Kodalith Ortho film question

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henryyjjames

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Hello,

So I found a bulk loader in my college darkroom with the label "Kodalith Ortho loaded 18/3/2015". Obviously, I want to shoot a roll and develop it, but since it's an old film, I am wondering what ISO I should shoot it at. I actually don't even know what the original ISO rating was. Is there a specific developer that is better for this film?
If anyone has any knowledge about this particular film and its development.


Thanks,
Henry
 

xkaes

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I'm sure it's fine, but that probably doesn't matter. Unless you do hi-contrast stuff, you are better off selling it on EBAY and using the profit to buy some film you can use.

kodalith.jpg
 

Donald Qualls

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When new, Kodalith had an equivalent ISO of about 2 to 3, similar to the enlarging papers of the 1970s-1980s. The good news is, the slower the film, the less speed it loses over time.

When I was in high school (mid-1970s) we developed Kodalith in diluted Dektol to get results with some gray scale. The original use of this film, with the A-B litho developer (mixed before developing) was for very high contrast, and processed that way it's a stop or more faster, but even Dektol gave a pretty limited scale. If you want real gray tones, you'd probably be ahead to develop with a developer intended for document films, like H&W Control, POTA, or similar -- but then you 'll give up even more speed (might wind up at EI 1 or even lower). Testing would be advisable.
 

AnselMortensen

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I used some of that back in my community college days in the early '80's...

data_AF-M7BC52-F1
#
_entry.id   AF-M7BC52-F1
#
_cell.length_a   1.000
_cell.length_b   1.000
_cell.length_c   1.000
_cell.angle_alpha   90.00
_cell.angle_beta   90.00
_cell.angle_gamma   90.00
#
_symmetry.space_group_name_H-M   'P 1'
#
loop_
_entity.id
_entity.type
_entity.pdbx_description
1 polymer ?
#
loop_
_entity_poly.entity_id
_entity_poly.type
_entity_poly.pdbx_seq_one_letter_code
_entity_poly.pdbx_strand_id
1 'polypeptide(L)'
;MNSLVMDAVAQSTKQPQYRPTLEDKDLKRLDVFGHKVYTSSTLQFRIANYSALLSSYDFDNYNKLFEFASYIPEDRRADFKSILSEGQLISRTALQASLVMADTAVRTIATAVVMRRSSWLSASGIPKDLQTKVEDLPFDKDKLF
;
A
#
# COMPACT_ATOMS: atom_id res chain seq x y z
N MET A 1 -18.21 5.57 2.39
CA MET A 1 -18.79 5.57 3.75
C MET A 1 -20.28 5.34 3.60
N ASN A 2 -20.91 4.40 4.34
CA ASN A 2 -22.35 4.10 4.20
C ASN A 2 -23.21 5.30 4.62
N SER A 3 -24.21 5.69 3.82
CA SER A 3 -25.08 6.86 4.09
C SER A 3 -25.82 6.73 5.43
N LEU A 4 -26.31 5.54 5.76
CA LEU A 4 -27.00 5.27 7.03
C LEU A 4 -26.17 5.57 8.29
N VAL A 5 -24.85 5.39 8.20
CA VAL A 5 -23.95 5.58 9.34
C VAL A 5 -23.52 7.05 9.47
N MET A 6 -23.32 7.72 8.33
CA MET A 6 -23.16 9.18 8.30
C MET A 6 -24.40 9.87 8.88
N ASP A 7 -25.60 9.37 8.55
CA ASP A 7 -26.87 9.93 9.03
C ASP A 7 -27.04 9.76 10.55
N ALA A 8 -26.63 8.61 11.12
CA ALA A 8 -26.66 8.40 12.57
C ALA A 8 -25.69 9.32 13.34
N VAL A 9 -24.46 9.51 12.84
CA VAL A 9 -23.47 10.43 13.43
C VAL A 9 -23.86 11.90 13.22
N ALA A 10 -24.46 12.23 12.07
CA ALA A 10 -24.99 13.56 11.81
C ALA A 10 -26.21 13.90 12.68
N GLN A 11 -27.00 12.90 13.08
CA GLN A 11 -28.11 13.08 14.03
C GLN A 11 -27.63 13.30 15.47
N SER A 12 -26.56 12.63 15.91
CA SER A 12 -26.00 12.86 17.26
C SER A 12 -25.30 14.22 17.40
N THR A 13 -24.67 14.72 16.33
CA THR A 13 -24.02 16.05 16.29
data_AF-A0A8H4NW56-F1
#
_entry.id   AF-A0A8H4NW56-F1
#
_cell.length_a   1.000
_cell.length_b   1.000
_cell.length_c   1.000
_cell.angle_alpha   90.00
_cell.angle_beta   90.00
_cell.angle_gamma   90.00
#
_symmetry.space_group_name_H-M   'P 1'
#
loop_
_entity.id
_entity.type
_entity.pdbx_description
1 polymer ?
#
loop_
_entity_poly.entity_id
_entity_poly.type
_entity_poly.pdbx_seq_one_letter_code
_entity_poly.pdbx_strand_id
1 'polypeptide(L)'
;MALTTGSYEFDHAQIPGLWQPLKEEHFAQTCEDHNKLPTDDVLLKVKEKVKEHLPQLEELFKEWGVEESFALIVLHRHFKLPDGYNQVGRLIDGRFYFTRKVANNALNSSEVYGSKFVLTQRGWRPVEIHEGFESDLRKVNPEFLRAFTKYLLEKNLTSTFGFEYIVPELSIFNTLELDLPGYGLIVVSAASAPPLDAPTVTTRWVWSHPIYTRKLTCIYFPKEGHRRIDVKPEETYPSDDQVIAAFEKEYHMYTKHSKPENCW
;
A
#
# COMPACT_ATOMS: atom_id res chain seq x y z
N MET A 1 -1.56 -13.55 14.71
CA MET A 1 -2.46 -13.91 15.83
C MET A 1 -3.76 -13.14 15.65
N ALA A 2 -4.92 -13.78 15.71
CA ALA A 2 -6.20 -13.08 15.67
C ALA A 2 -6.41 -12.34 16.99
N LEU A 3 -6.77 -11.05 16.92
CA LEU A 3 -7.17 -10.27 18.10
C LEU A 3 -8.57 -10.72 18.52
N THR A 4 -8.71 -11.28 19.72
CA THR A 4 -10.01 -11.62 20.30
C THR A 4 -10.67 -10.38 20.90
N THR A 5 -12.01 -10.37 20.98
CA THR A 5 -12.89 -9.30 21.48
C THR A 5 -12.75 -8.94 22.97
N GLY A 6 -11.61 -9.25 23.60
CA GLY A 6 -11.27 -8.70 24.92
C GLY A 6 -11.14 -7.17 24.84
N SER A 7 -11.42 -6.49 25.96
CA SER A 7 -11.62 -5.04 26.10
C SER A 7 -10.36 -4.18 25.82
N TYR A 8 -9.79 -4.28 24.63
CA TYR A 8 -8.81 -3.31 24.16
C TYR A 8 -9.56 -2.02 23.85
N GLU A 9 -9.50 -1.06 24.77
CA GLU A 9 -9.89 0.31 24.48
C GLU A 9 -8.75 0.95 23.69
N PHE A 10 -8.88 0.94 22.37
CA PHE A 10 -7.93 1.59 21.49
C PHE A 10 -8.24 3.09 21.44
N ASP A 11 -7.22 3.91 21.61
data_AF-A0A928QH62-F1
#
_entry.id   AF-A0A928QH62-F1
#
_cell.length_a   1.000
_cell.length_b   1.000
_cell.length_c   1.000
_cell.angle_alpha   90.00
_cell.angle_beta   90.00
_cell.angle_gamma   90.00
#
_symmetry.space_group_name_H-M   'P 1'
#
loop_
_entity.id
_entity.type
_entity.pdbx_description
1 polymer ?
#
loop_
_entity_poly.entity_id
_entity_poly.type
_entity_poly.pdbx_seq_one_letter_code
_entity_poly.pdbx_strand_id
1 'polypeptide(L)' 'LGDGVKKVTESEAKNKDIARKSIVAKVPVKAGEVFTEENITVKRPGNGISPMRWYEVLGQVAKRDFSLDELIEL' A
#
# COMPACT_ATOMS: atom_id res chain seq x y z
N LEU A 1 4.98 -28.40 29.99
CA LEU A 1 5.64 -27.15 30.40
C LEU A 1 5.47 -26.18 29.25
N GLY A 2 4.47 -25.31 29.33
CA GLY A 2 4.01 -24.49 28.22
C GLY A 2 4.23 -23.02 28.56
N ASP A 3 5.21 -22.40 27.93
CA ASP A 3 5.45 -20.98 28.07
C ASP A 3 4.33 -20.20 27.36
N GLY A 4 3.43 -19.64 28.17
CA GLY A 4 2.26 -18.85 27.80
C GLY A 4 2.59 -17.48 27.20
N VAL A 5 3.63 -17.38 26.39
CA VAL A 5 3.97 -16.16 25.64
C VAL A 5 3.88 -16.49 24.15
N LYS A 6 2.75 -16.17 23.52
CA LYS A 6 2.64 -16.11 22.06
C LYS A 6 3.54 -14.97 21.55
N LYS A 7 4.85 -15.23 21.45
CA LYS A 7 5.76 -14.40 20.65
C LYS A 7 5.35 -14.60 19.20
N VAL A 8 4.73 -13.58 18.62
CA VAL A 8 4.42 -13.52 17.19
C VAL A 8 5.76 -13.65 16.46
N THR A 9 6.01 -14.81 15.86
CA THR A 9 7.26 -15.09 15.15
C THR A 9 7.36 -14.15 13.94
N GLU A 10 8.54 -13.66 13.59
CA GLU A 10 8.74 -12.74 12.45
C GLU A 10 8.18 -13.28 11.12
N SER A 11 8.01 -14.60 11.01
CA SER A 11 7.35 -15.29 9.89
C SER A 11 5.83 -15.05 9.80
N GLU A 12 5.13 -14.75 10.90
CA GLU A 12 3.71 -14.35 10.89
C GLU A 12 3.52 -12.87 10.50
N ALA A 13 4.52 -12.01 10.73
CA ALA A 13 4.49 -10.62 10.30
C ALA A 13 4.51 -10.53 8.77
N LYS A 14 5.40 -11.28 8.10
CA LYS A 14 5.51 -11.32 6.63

IIRC, we used Dektol 1:3, rated film around 100 ASA (yes, it was ASA then) and bracketed...very high contrast, but with some gradation...not pure black/ pure clear.
My notebook from that class is somewhere in storage, and I can't remember development time/temp.
On the plus side, it is orthochromatic, so you can develop by inspection under a RED safelight.
If you want to pursue using it, I'd recommend finding some darkroom books & magazines from the '70's, it was a popular 'creative technique ' back in the day.
Did I mention 'bracket' ? :smile:
 

MattKing

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Thread moved to the B&W: film sub-forum.
And on the thread's subject - the film is great for making title slides!
 

Don Heisz

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You can expose Kodalith Ortho 3 at iso25 and get decent results - but high contrast. You can try iso12. At any rate, you can pick a developer and develop under a safelight.
 

Paul Howell

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Kodalith was used in the printing trade to make half tone plates. I know that some experimented very low contrast developers such as Kodatech (?) use with Tech Pan. Very fine grain, white skies, the tones always looked strange to me.
 

AnselMortensen

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Hmmmm... I like that idea, I have some Kodalith in 4x5, and some Technidol.
Thanks for the inspiration!
 
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